THURSDAY’S WORKOUT (CAP)
A) 5 RFQ on the 3:00
3 Deadlift (70-75%)
6 Alt Pistols
B) For time and pace
Rest exactly 2 min
Rest exactly 2 min
**Keep 800m times within 10-20 seconds**
AND COMING FRIDAY (CAP)
100 Double Unders
18 OHS (95/65)
*Compare to 2/6/14*
Upon being asked life advice at 22 by a friend, author and gonzo journalize Hunter S. Thompson replied with a treatise on choice. Below is a condensed version of his reply. It contains some of the simplest, most profound, and challenging questions you may ask yourself in a search for a meaningful life. In his reply, you may discover it is not the “what,” but the “how” that will get you there.
“To be, or not to be: that is the question: Whether ’tis nobler in the mind to suffer the slings and arrows of outrageous fortune, or to take arms against a sea of troubles … ” (Shakespeare)
[I]ndeed, the question [is]: whether to float with the tide, or to swim for a goal. It is a choice we must all make consciously or unconsciously at one time in our lives…Think of any decision you’ve ever made which had a bearing on your future…I don’t see how it could have been anything but a choice however indirect— between the two things I’ve mentioned: the floating or the swimming.
[W]hy not float if you have no goal? That is another question. It is unquestionably better to enjoy the floating than to swim in uncertainty.
So how does a man find a goal? Not a castle in the stars, but a real and tangible thing. How can a man be sure he’s not after the “big rock candy mountain,” the enticing sugar-candy goal that has little taste and no substance?
When you were young, let us say that you wanted to be a fireman. I feel reasonably safe in saying that you no longer want to be a fireman. Why? Because your perspective has changed. It’s not the fireman who has changed, but you.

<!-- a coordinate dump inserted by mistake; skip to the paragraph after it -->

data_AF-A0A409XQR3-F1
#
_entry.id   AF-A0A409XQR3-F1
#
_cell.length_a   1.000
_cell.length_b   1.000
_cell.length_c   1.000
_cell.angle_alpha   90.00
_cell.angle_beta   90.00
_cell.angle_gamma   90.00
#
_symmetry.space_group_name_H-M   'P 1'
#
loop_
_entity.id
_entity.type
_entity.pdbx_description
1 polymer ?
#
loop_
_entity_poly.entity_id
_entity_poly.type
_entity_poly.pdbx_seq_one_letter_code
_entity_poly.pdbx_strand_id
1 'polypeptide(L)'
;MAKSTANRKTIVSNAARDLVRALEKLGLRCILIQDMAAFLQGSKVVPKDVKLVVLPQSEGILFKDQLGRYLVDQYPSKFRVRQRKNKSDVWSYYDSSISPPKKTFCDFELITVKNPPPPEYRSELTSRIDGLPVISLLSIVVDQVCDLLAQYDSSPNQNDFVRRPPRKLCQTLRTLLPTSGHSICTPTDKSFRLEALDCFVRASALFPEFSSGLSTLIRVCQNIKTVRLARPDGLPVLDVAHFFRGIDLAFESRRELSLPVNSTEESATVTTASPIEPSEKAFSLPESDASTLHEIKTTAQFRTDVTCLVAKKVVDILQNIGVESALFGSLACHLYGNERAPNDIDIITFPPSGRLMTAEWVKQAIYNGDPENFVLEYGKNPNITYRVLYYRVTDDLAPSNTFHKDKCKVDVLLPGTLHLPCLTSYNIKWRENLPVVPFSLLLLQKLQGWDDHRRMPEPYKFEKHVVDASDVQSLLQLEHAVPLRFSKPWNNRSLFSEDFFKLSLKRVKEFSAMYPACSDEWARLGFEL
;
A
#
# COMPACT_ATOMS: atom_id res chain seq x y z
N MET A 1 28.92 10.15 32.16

So it would seem foolish, would it not, to adjust our lives to the demands of a goal we see from a different angle every day? How could we ever hope to accomplish anything other than galloping neurosis? The answer, then, must not deal with goals at all, or not with tangible goals, anyway. To put our faith in tangible goals would seem to be, at best, unwise. So we do not strive to be firemen, we do not strive to be bankers, nor policemen, nor doctors. WE STRIVE TO BE OURSELVES.
I don’t mean that we can’t BE firemen, bankers, or doctors— but that we must make the goal conform to the individual, rather than make the individual conform to the goal. In every man, heredity and environment have combined to produce a creature of certain abilities and desires— including a deeply ingrained need to function in such a way that his life will be MEANINGFUL. A man has to BE something; he has to matter.
In short, [rather than a] life [dedicated] to reaching a pre-defined goal…he has…chosen a way of life he KNOWS he will enjoy. The goal is absolutely secondary: it is the functioning toward the goal which is important.
If you now number yourself among the disenchanted, then you have no choice but to accept things as they are, or to seriously seek something else. But beware of looking for goals: look for a way of life. Decide how you want to live and then see what you can do to make a living WITHIN that way of life.
It is not necessary to accept the choices handed down to you by life as you know it. There is more to it than that— no one HAS to do something he doesn’t want to do for the rest of his life. But then again, if that’s what you wind up doing, by all means convince yourself that you HAD to do it. You’ll have lots of company.
A life of substance over style. No one lies on their deathbed and expresses gratitude of having been able to be a banker. You’ll want to remember the experiences you had, the people you loved, and the lives you touched. Live for that and the choice that gives you that will do just fine.